NU System leaders, educators discuss Critical Race Theory
LINCOLN, Neb. (KOLN) - The topic of critical race theory isn’t a new concept. A national education specialist said it’s a legal theory coming out of law school.
New America Pre-K-12 policy advisor, Jazmyne Owens said, “It’s a theoretical framework that was developed in the 1970s and 80s as a way to understand the intersection of race, power, and politics.”
On Wednesday, NU System president Ted Carter and all four chancellors said they have policies in place that don’t allow educators to introduce issues that have no relevance to a class.
In a statement, they said: “The free and open pursuit of ideas is a cherished principle in higher education, and its preservation is vital for any great university. As our policies and practices make clear, the University of Nebraska is strongly committed to academic freedom. We support and defend the liberties our teachers and learners have to freely discuss ideas in and outside of the classroom.
“Our central mission is to educate Nebraska’s future leaders, and in preparing students to be thoughtful and engaged citizens, our instructors expose them to any number of concepts and ideas. Issues around race, equity and the fight against racism are an important part of our country’s story and they have an appropriate place in our classrooms. Our policies guard against the introduction of matters that are irrelevant to the subject at hand. We further expect and believe that in discussing ideas, our instructors make their classrooms places of robust and open debate, where all viewpoints are considered and all may express their opinions freely. That commitment to free expression is at the heart of our work as an institution of higher learning.
“Regent Pillen has notified us that he intends to place a resolution regarding critical race theory on the agenda for the August 13 Board of Regents meeting. The meeting agenda will be finalized on August 6. As we have shared with Regent Pillen, we have significant concerns about the resolution and how it would be interpreted by the faculty, staff and students we hope to recruit and retain. We will continue to work together and with the Board to vigorously protect and defend academic freedom at the University of Nebraska.”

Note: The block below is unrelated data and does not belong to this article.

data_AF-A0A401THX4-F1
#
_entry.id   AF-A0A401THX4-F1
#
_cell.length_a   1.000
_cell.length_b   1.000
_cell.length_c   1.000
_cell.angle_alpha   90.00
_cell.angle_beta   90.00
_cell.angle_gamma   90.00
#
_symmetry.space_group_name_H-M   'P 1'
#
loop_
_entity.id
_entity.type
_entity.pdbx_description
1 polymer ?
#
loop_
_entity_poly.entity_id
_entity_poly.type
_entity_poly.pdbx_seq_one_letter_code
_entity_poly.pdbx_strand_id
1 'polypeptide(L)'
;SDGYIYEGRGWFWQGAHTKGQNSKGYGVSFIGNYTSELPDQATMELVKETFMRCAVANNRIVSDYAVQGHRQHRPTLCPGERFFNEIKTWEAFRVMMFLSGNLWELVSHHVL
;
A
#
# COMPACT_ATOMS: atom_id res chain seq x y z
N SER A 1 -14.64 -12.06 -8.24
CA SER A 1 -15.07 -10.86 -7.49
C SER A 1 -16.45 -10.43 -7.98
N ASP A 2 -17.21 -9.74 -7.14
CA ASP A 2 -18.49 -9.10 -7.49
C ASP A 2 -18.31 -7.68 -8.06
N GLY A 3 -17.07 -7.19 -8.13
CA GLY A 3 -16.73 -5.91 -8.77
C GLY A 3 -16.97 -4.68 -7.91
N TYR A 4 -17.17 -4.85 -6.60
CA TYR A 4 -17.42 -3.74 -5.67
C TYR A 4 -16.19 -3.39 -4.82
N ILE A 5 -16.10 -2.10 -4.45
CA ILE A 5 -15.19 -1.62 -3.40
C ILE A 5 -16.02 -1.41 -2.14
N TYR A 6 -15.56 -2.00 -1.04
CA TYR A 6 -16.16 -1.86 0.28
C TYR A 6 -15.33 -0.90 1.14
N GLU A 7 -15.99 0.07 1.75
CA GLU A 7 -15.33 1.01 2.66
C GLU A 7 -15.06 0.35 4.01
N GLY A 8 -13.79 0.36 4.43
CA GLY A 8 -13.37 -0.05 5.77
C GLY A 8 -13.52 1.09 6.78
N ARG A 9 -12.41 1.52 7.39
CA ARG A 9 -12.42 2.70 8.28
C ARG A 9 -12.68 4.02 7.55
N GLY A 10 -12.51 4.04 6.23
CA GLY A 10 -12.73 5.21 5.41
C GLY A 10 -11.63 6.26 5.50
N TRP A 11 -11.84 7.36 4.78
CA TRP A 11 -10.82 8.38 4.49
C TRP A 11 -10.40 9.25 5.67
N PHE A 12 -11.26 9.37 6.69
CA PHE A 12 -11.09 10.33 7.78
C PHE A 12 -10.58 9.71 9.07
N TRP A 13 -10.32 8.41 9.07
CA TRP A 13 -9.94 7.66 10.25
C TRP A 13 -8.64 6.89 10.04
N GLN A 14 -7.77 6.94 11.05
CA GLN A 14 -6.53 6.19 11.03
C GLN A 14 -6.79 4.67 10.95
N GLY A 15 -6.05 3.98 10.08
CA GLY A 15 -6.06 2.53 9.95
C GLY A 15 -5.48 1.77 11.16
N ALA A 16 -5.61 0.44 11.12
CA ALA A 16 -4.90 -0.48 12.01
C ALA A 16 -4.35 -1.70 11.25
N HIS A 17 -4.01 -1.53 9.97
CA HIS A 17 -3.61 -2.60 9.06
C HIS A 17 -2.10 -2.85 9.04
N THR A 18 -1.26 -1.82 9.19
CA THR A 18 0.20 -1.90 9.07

UNL Faculty Senate member David Woodman said, “Critical race theory and diversity issues have been connected often and so when one speaks of critical race theory, there’s an implication that any element of effort in increasing diversity is sort of embedded in that.”
Woodman serves on the UNL Faculty Senate, which has come out against Pillen’s resolution.
NU Board of Regent member and Gov. candidate, Jim Pillen, said in a statement, “As an elected member of the University of Nebraska Board of Regents, I am responsible to the citizens of the state. Our citizens expect that their values will be upheld by the University. The imposition of Critical Race Theory on our students runs counter to those ideals by attempting to silence their dissenting opinions. This resolution affirms a fair and balanced dialogue on all issues.”
Where UNL’s Faculty Senate is concerned is this resolution potentially going in front of the Board of Regents.
Woodman said, “Having this come out from the highest governance of the University of Nebraska could be viewed as some degree of skepticism as our commitment to diversity issues and academic freedom issues.”
August 6th is a pretty important day for everyone involved. That’s when the meeting agenda will come out for the meeting on August 13th.
It’s unclear if Pillen’s resolution will make it onto that agenda.
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